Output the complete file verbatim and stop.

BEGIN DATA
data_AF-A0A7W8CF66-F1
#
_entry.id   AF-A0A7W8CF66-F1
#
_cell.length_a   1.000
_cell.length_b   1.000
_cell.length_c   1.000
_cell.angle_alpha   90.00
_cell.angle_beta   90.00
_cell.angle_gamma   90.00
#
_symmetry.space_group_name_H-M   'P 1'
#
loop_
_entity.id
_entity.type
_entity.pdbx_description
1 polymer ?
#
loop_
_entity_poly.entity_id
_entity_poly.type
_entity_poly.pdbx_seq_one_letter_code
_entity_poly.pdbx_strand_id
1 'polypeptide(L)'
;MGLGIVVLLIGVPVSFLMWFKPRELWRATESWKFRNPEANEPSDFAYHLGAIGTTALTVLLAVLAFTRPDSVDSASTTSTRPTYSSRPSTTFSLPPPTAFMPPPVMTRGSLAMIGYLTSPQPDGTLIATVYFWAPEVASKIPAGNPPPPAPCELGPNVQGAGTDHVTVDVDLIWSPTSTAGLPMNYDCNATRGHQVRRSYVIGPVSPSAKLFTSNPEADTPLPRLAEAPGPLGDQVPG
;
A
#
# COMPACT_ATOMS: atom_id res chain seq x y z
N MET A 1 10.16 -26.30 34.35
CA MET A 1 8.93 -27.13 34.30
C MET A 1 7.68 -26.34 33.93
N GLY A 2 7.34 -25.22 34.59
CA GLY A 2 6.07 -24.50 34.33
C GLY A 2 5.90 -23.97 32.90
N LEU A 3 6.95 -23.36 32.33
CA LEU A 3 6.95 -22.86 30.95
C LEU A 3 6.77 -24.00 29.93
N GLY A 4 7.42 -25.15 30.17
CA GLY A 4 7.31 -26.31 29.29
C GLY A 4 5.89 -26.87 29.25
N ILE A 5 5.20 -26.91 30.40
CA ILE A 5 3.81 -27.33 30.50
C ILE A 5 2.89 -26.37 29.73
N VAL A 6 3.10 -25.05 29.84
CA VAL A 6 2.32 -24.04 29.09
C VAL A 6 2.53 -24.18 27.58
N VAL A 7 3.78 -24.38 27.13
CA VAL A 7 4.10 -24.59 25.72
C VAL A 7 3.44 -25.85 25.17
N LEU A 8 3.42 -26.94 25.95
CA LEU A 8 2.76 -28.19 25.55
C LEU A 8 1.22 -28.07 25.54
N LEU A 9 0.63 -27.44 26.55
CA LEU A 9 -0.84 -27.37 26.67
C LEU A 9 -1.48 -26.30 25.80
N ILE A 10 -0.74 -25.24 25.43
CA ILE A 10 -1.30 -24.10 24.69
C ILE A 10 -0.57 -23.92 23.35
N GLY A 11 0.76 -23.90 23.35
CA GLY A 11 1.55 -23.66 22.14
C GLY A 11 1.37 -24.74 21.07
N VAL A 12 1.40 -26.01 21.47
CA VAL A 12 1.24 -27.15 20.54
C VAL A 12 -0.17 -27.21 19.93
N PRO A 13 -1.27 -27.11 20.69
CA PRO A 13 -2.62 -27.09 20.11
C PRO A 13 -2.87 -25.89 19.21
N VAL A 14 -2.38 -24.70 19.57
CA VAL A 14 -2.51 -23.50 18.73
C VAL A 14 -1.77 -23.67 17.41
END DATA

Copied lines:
data_AF-A0A7W8CF66-F1
#
_entry.id   AF-A0A7W8CF66-F1
#
_cell.length_a   1.000
_cell.length_b   1.000
_cell.length_c   1.000
_cell.angle_alpha   90.00
_cell.angle_beta   90.00
_cell.angle_gamma   90.00
#
_symmetry.space_group_name_H-M   'P 1'
#
loop_
_entity.id
_entity.type
_entity.pdbx_description
1 polymer ?
#
loop_
_entity_poly.entity_id
_entity_poly.type
_entity_poly.pdbx_seq_one_letter_code
_entity_poly.pdbx_strand_id
1 'polypeptide(L)'
;MGLGIVVLLIGVPVSFLMWFKPRELWRATESWKFRNPEANEPSDFAYHLGAIGTTALTVLLAVLAFTRPDSVDSASTTSTRPTYSSRPSTTFSLPPPTAFMPPPVMTRGSLAMIGYLTSPQPDGTLIATVYFWAPEVASKIPAGNPPPPAPCELGPNVQGAGTDHVTVDVDLIWSPTSTAGLPMNYDCNATRGHQVRRSYVIGPVSPSAKLFTSNPEADTPLPRLAEAPGPLGDQVPG
;
A
#
# COMPACT_ATOMS: atom_id res chain seq x y z
N MET A 1 10.16 -26.30 34.35
CA MET A 1 8.93 -27.13 34.30
C MET A 1 7.68 -26.34 33.93
N GLY A 2 7.34 -25.22 34.59
CA GLY A 2 6.07 -24.50 34.33
C GLY A 2 5.90 -23.97 32.90
N LEU A 3 6.95 -23.36 32.33
CA LEU A 3 6.95 -22.86 30.95
C LEU A 3 6.77 -24.00 29.93
N GLY A 4 7.42 -25.15 30.17
CA GLY A 4 7.31 -26.31 29.29
C GLY A 4 5.89 -26.87 29.25
N ILE A 5 5.20 -26.91 30.40
CA ILE A 5 3.81 -27.33 30.50
C ILE A 5 2.89 -26.37 29.73
N VAL A 6 3.10 -25.05 29.84
CA VAL A 6 2.32 -24.04 29.09
C VAL A 6 2.53 -24.18 27.58
N VAL A 7 3.78 -24.38 27.13
CA VAL A 7 4.10 -24.59 25.72
C VAL A 7 3.44 -25.85 25.17
N LEU A 8 3.42 -26.94 25.95
CA LEU A 8 2.76 -28.19 25.55
C LEU A 8 1.22 -28.07 25.54
N LEU A 9 0.63 -27.44 26.55
CA LEU A 9 -0.84 -27.37 26.67
C LEU A 9 -1.48 -26.30 25.80
N ILE A 10 -0.74 -25.24 25.43
CA ILE A 10 -1.30 -24.10 24.69
C ILE A 10 -0.57 -23.92 23.35
N GLY A 11 0.76 -23.90 23.35
CA GLY A 11 1.55 -23.66 22.14
C GLY A 11 1.37 -24.74 21.07
N VAL A 12 1.40 -26.01 21.47
CA VAL A 12 1.24 -27.15 20.54
C VAL A 12 -0.17 -27.21 19.93
N PRO A 13 -1.27 -27.11 20.69
CA PRO A 13 -2.62 -27.09 20.11
C PRO A 13 -2.87 -25.89 19.21
N VAL A 14 -2.38 -24.70 19.57
CA VAL A 14 -2.51 -23.50 18.73
C VAL A 14 -1.77 -23.67 17.41